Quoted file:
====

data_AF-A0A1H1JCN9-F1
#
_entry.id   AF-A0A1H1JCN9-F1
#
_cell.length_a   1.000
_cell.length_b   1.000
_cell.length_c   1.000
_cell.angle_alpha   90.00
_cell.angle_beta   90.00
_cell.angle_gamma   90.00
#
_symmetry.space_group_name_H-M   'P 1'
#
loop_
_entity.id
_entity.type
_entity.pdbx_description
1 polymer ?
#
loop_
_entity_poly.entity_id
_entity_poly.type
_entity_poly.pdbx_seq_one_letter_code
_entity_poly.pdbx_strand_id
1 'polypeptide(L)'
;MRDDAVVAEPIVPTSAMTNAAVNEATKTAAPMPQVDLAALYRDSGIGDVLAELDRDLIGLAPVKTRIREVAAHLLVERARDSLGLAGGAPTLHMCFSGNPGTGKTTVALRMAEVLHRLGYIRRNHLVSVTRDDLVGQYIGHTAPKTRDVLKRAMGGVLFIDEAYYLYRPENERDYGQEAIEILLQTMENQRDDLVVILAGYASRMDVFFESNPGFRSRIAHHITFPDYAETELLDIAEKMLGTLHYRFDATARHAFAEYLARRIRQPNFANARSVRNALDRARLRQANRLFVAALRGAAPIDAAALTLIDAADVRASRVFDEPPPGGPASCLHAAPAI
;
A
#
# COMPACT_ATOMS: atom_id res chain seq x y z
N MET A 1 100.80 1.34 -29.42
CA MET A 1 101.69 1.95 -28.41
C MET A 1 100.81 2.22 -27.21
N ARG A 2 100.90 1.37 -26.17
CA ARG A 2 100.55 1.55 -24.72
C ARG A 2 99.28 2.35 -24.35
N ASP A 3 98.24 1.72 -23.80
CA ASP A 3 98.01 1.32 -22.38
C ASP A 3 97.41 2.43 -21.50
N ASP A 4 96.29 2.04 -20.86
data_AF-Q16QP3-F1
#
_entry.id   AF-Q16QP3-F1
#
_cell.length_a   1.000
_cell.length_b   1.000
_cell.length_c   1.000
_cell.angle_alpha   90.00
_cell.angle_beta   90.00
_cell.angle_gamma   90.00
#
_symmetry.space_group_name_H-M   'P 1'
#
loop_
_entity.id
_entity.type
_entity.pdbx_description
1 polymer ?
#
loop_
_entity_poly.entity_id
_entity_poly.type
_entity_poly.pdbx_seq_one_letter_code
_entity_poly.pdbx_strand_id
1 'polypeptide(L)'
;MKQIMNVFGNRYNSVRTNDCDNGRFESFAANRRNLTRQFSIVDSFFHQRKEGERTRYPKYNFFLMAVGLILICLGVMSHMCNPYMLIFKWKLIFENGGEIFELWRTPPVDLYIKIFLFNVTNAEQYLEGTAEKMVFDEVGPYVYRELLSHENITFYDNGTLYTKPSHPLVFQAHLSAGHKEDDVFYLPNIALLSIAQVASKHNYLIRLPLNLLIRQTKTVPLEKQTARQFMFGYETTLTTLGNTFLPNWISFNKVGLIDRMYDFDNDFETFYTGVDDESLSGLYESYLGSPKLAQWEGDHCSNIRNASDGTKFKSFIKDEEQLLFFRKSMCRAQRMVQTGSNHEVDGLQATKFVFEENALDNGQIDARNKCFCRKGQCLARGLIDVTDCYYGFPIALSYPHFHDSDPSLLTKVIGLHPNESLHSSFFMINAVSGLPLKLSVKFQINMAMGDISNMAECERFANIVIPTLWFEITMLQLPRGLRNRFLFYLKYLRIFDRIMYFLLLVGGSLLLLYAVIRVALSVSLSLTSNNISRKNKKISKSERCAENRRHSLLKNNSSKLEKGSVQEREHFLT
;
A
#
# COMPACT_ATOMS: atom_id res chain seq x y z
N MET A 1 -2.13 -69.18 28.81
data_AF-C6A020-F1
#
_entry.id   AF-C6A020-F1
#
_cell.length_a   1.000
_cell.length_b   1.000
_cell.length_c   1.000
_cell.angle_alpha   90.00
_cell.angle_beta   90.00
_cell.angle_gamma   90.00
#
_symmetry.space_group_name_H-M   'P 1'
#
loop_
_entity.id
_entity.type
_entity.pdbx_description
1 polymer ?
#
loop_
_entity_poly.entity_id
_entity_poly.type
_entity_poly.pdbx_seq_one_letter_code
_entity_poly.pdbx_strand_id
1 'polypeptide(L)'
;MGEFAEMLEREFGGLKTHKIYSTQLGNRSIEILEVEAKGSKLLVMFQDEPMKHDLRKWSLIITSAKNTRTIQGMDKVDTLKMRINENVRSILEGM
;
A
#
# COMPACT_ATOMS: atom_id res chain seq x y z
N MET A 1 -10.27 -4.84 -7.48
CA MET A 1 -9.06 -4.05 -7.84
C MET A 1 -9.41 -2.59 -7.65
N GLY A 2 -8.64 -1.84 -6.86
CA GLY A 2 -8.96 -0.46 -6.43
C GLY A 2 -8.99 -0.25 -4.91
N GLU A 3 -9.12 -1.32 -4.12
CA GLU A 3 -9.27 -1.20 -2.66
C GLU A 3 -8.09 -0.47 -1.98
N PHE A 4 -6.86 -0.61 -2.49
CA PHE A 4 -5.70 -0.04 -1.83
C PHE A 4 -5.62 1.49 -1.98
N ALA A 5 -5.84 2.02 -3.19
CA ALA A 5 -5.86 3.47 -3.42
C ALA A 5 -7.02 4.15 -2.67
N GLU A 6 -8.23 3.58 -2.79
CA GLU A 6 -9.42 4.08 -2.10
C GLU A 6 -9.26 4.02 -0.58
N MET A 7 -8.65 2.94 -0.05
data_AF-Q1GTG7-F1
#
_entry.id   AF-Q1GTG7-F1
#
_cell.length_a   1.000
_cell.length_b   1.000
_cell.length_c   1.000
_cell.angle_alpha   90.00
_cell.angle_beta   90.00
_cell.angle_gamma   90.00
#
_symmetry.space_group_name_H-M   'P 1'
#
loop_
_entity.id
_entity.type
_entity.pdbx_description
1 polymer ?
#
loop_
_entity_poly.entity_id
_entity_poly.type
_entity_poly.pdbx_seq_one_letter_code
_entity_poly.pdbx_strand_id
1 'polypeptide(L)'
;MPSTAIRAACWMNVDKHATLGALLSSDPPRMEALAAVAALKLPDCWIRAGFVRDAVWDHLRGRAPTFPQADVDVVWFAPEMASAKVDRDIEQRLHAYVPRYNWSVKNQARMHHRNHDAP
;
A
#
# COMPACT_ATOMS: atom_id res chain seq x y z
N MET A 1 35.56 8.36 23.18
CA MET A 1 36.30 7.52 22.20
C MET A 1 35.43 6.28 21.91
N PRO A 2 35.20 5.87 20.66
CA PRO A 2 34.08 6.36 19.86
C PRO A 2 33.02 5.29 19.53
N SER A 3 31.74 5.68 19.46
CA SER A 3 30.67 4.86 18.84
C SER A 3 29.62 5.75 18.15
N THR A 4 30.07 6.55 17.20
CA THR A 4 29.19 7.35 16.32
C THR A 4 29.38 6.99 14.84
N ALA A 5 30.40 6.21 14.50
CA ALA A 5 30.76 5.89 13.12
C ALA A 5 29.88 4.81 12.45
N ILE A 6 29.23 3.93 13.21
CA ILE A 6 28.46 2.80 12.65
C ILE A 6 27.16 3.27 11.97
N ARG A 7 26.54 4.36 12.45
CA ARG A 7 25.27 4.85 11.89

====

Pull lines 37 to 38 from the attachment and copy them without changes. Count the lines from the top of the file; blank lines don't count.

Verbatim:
N ASP A 3 98.24 1.72 -23.80
CA ASP A 3 98.01 1.32 -22.38